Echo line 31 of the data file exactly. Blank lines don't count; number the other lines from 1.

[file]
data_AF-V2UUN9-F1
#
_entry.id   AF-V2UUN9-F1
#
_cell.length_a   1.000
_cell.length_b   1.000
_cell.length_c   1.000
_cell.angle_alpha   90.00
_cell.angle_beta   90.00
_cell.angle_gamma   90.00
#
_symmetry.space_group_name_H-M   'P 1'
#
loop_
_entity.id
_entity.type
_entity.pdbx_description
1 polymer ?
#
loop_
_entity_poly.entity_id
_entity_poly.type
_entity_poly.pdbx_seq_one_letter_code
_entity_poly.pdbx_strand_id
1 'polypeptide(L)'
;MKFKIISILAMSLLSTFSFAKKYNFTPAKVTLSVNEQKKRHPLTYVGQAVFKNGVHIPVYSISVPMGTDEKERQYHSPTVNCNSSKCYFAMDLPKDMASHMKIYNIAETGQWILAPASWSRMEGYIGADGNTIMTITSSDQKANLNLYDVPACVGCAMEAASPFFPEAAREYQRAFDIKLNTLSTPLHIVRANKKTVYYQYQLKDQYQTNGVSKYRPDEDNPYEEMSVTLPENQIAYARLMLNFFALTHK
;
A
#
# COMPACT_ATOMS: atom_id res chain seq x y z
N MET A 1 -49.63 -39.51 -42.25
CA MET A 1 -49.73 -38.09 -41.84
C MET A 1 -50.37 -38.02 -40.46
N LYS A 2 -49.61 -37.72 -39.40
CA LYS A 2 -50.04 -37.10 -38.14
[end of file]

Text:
N MET A 1 -49.63 -39.51 -42.25